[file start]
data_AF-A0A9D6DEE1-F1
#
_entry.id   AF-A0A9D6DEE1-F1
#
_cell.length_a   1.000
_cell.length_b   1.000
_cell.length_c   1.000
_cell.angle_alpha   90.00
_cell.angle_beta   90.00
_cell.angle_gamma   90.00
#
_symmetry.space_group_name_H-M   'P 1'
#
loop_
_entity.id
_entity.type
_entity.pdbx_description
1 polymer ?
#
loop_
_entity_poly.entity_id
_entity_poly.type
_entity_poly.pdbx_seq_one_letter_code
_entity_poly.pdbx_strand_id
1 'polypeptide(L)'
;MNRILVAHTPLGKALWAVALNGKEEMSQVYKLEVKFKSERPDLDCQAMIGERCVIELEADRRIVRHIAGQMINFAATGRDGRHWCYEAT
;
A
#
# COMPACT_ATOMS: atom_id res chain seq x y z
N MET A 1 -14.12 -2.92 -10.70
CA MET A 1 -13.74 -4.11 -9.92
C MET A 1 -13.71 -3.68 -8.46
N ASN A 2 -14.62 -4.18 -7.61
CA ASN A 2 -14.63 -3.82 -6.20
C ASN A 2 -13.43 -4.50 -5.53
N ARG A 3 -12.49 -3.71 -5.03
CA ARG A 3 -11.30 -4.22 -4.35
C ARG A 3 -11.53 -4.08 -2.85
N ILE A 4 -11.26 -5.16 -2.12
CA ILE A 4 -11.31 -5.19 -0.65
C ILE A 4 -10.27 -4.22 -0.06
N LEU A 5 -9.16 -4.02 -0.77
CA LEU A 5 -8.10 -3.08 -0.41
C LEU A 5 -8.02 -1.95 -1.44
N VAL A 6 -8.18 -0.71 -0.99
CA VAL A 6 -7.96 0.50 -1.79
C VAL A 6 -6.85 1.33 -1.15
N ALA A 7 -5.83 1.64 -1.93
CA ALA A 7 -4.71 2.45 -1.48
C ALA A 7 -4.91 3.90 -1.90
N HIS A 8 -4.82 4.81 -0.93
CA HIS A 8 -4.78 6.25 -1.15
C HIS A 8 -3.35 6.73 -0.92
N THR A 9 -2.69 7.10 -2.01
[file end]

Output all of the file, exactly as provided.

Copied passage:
data_AF-A0A9D6DEE1-F1
#
_entry.id   AF-A0A9D6DEE1-F1
#
_cell.length_a   1.000
_cell.length_b   1.000
_cell.length_c   1.000
_cell.angle_alpha   90.00
_cell.angle_beta   90.00
_cell.angle_gamma   90.00
#
_symmetry.space_group_name_H-M   'P 1'
#
loop_
_entity.id
_entity.type
_entity.pdbx_description
1 polymer ?
#
loop_
_entity_poly.entity_id
_entity_poly.type
_entity_poly.pdbx_seq_one_letter_code
_entity_poly.pdbx_strand_id
1 'polypeptide(L)'
;MNRILVAHTPLGKALWAVALNGKEEMSQVYKLEVKFKSERPDLDCQAMIGERCVIELEADRRIVRHIAGQMINFAATGRDGRHWCYEAT
;
A
#
# COMPACT_ATOMS: atom_id res chain seq x y z
N MET A 1 -14.12 -2.92 -10.70
CA MET A 1 -13.74 -4.11 -9.92
C MET A 1 -13.71 -3.68 -8.46
N ASN A 2 -14.62 -4.18 -7.61
CA ASN A 2 -14.63 -3.82 -6.20
C ASN A 2 -13.43 -4.50 -5.53
N ARG A 3 -12.49 -3.71 -5.03
CA ARG A 3 -11.30 -4.22 -4.35
C ARG A 3 -11.53 -4.08 -2.85
N ILE A 4 -11.26 -5.16 -2.12
CA ILE A 4 -11.31 -5.19 -0.65
C ILE A 4 -10.27 -4.22 -0.06
N LEU A 5 -9.16 -4.02 -0.77
CA LEU A 5 -8.10 -3.08 -0.41
C LEU A 5 -8.02 -1.95 -1.44
N VAL A 6 -8.18 -0.71 -0.99
CA VAL A 6 -7.96 0.50 -1.79
C VAL A 6 -6.85 1.33 -1.15
N ALA A 7 -5.83 1.64 -1.93
CA ALA A 7 -4.71 2.45 -1.48
C ALA A 7 -4.91 3.90 -1.90
N HIS A 8 -4.82 4.81 -0.93
CA HIS A 8 -4.78 6.25 -1.15
C HIS A 8 -3.35 6.73 -0.92
N THR A 9 -2.69 7.10 -2.01